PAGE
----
I have a class which enables forms with a file-type input to be submitted via AJAX. It creates a hidden IFRAME element, changes the form target property so that it submits to the IFRAME, submits the form, then changes the target back to what it was. It also adds an onLoad event to the IFRAME so I can get a callback. The onLoad function also removes the IFRAME from the page before firing my callback function.

The class works perfectly, I get the callback as expected. In Firebug's Net panel, I see the request, I see the response, all is well. But, as soon as the submit starts, the browser tab for the page changes to "Connecting" with the loading spinner and never changes back. It makes the tab appear to be loading, this will go on for days if I leave the browser open.

The never-ending "Connecting" message that plagues me

The question, then, is: Is there any way for me to stop this manually, or is there some other way that I can prevent it from starting?

Here are the Response Headers as taken from the Net panel:

Date    Fri, 02 Sep 2011 15:23:15 GMT
Server  Apache/2.2.10 (Win32) PHP/5.3.1
X-Powered-By    PHP/5.3.1
Expires Thu, 19 Nov 1981 08:52:00 GMT
Cache-Control   no-store, no-cache, must-revalidate, post-check=0, pre-check=0
Pragma  no-cache
Set-Cookie  PHPSESSID=agncdnha86mtci7dmuvriobak2; path=/
Content-Length  165
Keep-Alive  timeout=5, max=100
Connection  Keep-Alive
Content-Type    text/html

And a capture of the Net panel below. The POST is from the submission of the form, the GET is caused by the callback function, it is changing the source of an image on the page.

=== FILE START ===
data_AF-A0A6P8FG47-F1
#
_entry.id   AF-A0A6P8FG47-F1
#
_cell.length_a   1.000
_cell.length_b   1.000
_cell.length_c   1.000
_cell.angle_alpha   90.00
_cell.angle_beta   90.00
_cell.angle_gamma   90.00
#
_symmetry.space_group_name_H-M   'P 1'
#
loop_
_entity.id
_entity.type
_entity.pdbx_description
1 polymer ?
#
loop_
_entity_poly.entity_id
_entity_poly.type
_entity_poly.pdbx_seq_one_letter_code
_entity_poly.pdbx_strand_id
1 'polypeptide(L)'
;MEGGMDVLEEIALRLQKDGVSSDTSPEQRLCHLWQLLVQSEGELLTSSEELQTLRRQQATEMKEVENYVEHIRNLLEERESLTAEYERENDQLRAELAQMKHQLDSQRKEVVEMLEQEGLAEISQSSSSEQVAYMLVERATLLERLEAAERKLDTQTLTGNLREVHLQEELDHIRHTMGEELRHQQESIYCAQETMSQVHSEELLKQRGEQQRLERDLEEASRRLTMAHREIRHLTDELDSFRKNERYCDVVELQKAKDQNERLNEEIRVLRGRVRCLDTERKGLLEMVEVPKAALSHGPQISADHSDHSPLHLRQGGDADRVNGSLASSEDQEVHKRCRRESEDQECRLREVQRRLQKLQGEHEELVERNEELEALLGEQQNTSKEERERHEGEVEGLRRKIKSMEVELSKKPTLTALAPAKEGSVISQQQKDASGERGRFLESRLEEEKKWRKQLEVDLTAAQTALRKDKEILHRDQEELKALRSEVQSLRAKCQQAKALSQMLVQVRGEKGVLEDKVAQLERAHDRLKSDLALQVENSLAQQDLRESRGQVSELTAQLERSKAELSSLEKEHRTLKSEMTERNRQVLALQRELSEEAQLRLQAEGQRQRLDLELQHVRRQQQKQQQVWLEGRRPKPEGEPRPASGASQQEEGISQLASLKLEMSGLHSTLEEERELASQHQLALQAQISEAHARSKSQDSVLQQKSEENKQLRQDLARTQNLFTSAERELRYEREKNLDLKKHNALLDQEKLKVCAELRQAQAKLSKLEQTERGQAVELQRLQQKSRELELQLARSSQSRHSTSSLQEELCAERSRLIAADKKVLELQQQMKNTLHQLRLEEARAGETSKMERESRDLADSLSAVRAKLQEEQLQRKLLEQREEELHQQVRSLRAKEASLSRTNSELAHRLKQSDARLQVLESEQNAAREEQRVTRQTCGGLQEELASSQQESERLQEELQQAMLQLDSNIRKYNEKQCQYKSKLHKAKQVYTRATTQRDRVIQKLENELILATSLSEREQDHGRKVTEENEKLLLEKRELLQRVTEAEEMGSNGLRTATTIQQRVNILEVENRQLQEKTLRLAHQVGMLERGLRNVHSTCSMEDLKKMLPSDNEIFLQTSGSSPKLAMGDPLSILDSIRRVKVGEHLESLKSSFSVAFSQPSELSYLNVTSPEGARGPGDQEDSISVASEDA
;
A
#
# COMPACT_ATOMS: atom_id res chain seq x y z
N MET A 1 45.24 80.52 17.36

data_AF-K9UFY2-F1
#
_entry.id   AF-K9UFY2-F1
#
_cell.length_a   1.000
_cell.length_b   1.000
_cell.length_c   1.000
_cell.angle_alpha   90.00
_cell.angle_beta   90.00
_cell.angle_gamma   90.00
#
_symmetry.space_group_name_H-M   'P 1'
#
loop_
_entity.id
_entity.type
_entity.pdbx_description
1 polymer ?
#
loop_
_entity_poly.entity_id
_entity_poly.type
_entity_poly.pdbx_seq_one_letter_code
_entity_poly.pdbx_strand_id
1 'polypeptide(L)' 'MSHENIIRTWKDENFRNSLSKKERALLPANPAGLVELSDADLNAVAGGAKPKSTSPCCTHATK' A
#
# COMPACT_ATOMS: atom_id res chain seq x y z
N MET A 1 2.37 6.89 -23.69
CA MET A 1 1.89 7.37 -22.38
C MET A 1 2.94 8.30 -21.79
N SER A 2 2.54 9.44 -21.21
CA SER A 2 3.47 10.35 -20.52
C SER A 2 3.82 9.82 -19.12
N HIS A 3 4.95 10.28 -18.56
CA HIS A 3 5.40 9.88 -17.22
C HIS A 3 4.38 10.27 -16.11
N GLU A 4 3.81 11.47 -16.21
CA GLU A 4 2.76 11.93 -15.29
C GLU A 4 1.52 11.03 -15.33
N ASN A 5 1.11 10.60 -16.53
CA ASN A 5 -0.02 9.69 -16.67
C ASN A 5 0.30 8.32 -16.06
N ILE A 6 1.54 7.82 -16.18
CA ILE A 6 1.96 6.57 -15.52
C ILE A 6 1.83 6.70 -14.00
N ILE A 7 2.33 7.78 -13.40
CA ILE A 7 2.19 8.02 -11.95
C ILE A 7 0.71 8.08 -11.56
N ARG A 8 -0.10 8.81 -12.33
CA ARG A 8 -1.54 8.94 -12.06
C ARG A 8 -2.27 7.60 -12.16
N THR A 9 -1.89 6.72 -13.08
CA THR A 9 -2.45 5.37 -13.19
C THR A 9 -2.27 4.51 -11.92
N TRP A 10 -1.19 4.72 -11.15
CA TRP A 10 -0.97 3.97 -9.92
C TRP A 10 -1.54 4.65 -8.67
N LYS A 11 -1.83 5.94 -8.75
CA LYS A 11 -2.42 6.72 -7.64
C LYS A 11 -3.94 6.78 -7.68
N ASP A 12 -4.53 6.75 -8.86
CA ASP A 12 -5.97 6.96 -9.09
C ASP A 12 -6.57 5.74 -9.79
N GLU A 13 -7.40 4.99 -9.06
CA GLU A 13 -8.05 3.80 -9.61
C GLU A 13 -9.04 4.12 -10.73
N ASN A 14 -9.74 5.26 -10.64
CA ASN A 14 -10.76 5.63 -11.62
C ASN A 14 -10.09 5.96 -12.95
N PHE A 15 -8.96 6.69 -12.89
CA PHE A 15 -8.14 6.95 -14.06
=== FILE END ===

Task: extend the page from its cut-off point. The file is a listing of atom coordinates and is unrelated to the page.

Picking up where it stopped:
Screenshot of Firebug's Net panel

This is not specific to this page, it happens anywhere I use this technique to submit a file/image via an IFRAME. This affects my current version of Firefox (6.0), but also affected previous versions (5.x, 4.x, 3.x). The fact that the IFRAME is removed from the page after it loads makes this especially baffling - even if the request never finished, the removal of the element should effectively kill/stop and "connecting" that the browser thinks is happening.

UPDATE Per the answer from @Sidnicious, I added a timeout to the callback function to introduce a delay in removal of the IFRAME element. I experimented with the length of the delay, even a 1ms delay is adequate. This certainly qualifies as a work-around, but I'd still like to know if anyone can shed some light on to the why of it, preferably leading to an avoidance of using the timeout all together. I've included the modified code (with the timeout) below, in case it is helpful. This is the onLoad event for the IFRAME (io us a reference to the frame element):

        var obj={};
        var success = true;
            obj.responseText = io.contentWindow.document.body?io.contentWindow.document.body.innerHTML:null;
            obj.responseXML = io.contentWindow.document.XMLDocument?io.contentWindow.document.XMLDocument:io.contentWindow.document;
        catch(e){ success = false; }
        if( success ){
            this.fireEvent('onSuccess', obj.responseText );
            this.fireEvent('onFailure', obj );
        this.fireEvent('onComplete', obj );
        io.removeEvent('load', uploadCallback );
        setTimeout(function () { // <--- this timeout prevents the issue
        }, 1);

2 Answers 2


Update: the Firefox bug is now marked as “fixed” and will make it into a near-future update.

I’ve run into this too and would love to see the root cause fixed.